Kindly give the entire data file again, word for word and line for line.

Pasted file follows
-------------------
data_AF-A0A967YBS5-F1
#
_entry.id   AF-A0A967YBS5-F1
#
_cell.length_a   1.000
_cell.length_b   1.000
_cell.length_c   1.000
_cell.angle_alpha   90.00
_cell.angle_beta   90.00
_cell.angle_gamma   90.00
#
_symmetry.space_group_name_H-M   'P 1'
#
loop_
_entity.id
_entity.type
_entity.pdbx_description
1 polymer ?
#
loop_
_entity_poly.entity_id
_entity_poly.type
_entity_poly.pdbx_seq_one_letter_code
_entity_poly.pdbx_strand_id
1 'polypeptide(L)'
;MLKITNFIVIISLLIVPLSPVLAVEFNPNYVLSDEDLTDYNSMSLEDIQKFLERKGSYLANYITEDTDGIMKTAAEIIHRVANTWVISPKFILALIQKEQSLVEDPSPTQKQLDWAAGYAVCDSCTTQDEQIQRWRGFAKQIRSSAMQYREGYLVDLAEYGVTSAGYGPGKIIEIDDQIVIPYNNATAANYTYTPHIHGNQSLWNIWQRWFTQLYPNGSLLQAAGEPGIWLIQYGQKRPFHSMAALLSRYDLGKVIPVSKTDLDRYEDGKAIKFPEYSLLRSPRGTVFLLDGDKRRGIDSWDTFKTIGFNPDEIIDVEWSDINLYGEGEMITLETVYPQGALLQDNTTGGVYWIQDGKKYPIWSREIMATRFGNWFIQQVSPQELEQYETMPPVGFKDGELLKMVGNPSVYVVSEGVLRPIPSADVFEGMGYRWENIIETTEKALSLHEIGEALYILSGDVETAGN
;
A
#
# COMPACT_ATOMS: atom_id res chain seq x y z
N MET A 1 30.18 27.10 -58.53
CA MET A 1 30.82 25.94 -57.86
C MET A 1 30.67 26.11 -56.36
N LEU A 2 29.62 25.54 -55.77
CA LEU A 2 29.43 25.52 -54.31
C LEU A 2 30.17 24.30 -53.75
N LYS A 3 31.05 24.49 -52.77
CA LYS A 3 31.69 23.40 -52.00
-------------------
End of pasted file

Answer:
data_AF-A0A967YBS5-F1
#
_entry.id   AF-A0A967YBS5-F1
#
_cell.length_a   1.000
_cell.length_b   1.000
_cell.length_c   1.000
_cell.angle_alpha   90.00
_cell.angle_beta   90.00
_cell.angle_gamma   90.00
#
_symmetry.space_group_name_H-M   'P 1'
#
loop_
_entity.id
_entity.type
_entity.pdbx_description
1 polymer ?
#
loop_
_entity_poly.entity_id
_entity_poly.type
_entity_poly.pdbx_seq_one_letter_code
_entity_poly.pdbx_strand_id
1 'polypeptide(L)'
;MLKITNFIVIISLLIVPLSPVLAVEFNPNYVLSDEDLTDYNSMSLEDIQKFLERKGSYLANYITEDTDGIMKTAAEIIHRVANTWVISPKFILALIQKEQSLVEDPSPTQKQLDWAAGYAVCDSCTTQDEQIQRWRGFAKQIRSSAMQYREGYLVDLAEYGVTSAGYGPGKIIEIDDQIVIPYNNATAANYTYTPHIHGNQSLWNIWQRWFTQLYPNGSLLQAAGEPGIWLIQYGQKRPFHSMAALLSRYDLGKVIPVSKTDLDRYEDGKAIKFPEYSLLRSPRGTVFLLDGDKRRGIDSWDTFKTIGFNPDEIIDVEWSDINLYGEGEMITLETVYPQGALLQDNTTGGVYWIQDGKKYPIWSREIMATRFGNWFIQQVSPQELEQYETMPPVGFKDGELLKMVGNPSVYVVSEGVLRPIPSADVFEGMGYRWENIIETTEKALSLHEIGEALYILSGDVETAGN
;
A
#
# COMPACT_ATOMS: atom_id res chain seq x y z
N MET A 1 30.18 27.10 -58.53
CA MET A 1 30.82 25.94 -57.86
C MET A 1 30.67 26.11 -56.36
N LEU A 2 29.62 25.54 -55.77
CA LEU A 2 29.43 25.52 -54.31
C LEU A 2 30.17 24.30 -53.75
N LYS A 3 31.05 24.49 -52.77
CA LYS A 3 31.69 23.40 -52.00